EDITORIAL: Murkowski wins agreement on health facts for restaurant food

On the menu
When you look at the menu of a chain restaurant, along with the price you will soon see another number: calories. That's useful information, and it comes to us partly thanks to U.S. Sen. Lisa Murkowski, R-Alaska.
Murkowski introduced a bill last year to require restaurants nationwide to list calories and nutrients for their offerings. Given the obesity epidemic, she believes restaurant-goers need the information to make informed choices. Without a guide, it's impossible to tell if a meal equals a couple thousand calories, or a few hundred. Your calorie intake might be way over the top, or it may be modest enough to leave room for a light dessert.
Murkowski's bill died with the last Congress. But this week, she and two Democratic senators announced they and numerous public health organizations and representatives of the restaurant industry had reached an agreement that will require chains to list calories on their menus and menu boards.
The compromise covers restaurants that are part of a chain with 20 or more locations. Other nutritional information -- calories from fat, carbohydrates and protein, and more details -- must be available to consumers in writing upon request, under the provisions of the agreement.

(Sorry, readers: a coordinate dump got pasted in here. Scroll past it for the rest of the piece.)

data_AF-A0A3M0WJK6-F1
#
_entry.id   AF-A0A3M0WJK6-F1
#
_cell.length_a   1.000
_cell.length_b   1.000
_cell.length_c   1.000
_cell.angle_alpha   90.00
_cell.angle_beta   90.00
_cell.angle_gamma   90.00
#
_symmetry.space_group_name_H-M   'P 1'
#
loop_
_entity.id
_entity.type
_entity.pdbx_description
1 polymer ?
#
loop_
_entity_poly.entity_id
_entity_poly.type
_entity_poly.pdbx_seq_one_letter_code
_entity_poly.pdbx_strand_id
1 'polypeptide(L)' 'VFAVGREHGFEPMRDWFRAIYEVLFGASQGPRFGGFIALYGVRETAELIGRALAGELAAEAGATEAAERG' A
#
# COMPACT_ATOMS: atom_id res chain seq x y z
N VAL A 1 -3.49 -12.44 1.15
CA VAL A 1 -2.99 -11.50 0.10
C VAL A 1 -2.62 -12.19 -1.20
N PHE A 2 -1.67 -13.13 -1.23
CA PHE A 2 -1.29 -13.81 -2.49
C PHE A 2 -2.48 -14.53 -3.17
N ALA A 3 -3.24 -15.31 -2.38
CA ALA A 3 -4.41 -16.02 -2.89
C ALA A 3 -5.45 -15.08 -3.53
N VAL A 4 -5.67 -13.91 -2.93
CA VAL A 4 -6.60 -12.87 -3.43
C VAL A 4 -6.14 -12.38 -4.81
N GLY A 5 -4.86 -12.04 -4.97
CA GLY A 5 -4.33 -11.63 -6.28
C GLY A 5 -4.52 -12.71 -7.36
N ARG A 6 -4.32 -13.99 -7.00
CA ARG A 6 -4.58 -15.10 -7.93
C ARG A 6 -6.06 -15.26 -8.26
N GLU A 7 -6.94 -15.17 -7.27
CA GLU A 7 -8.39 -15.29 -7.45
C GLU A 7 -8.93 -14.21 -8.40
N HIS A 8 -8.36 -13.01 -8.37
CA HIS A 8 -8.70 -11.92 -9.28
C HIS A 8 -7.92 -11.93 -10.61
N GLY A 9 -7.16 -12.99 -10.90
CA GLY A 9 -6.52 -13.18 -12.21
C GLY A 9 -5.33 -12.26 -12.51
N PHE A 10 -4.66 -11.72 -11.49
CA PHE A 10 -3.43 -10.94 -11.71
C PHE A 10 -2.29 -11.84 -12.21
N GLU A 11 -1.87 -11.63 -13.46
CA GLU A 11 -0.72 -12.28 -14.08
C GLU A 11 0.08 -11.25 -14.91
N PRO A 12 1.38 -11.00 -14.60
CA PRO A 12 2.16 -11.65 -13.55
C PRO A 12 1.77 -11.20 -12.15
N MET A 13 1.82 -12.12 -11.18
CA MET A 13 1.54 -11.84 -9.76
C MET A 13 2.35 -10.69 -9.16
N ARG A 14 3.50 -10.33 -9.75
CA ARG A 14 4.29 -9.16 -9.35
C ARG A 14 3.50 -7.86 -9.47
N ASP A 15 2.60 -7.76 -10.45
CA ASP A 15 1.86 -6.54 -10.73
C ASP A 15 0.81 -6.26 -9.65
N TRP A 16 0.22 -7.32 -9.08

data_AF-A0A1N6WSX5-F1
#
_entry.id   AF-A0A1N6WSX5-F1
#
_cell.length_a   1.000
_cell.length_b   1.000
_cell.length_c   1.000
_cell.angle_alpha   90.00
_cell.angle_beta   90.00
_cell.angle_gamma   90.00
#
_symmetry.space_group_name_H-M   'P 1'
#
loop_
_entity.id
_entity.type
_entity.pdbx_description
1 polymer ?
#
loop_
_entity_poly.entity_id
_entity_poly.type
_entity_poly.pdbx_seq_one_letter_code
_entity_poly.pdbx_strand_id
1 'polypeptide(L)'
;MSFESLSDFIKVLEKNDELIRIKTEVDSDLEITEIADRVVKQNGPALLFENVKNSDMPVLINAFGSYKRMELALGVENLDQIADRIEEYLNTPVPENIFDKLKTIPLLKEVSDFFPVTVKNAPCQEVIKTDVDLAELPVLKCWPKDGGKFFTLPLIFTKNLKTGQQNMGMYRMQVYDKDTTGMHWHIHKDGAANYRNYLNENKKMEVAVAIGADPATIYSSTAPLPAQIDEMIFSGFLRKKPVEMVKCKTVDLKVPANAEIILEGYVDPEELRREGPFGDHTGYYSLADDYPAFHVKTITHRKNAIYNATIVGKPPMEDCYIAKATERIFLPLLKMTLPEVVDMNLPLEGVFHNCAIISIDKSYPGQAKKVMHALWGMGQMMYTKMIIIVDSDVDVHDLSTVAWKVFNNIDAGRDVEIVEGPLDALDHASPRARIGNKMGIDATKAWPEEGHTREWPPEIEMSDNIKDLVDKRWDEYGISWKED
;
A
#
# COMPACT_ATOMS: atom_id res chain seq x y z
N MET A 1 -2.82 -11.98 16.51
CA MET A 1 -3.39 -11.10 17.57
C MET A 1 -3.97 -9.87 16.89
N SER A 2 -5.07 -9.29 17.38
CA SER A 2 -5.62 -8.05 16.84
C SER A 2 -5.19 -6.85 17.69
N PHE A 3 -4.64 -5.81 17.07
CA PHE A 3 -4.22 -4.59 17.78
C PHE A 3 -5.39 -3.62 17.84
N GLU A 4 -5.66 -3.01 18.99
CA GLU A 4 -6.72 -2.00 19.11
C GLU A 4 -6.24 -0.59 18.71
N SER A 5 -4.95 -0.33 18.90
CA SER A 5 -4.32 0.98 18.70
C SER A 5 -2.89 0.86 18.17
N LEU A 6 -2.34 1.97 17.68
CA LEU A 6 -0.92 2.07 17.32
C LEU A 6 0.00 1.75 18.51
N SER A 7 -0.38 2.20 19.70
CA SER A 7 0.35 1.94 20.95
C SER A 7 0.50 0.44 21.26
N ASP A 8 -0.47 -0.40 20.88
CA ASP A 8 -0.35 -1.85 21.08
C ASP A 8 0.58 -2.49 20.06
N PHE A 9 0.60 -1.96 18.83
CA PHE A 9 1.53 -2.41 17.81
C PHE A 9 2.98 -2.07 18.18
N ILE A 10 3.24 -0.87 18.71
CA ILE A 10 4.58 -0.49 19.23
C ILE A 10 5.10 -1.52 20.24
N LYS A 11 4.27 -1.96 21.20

Their new provisions will be part of the "prevention" section of health reform legislation that is to be debated in two Senate committees later this summer, Murkowski's office said.
Murkowski points out that Congress required packaged foods to be labeled with nutrition information nearly 20 years ago. With people living faster-paced lives, restaurant-prepared foods play a bigger role in what we as a society eat. Murkowski's proposal plugs a gap in information and is a step leading toward a leaner population.
BOTTOM LINE: You should know what you eat, even if you're eating out.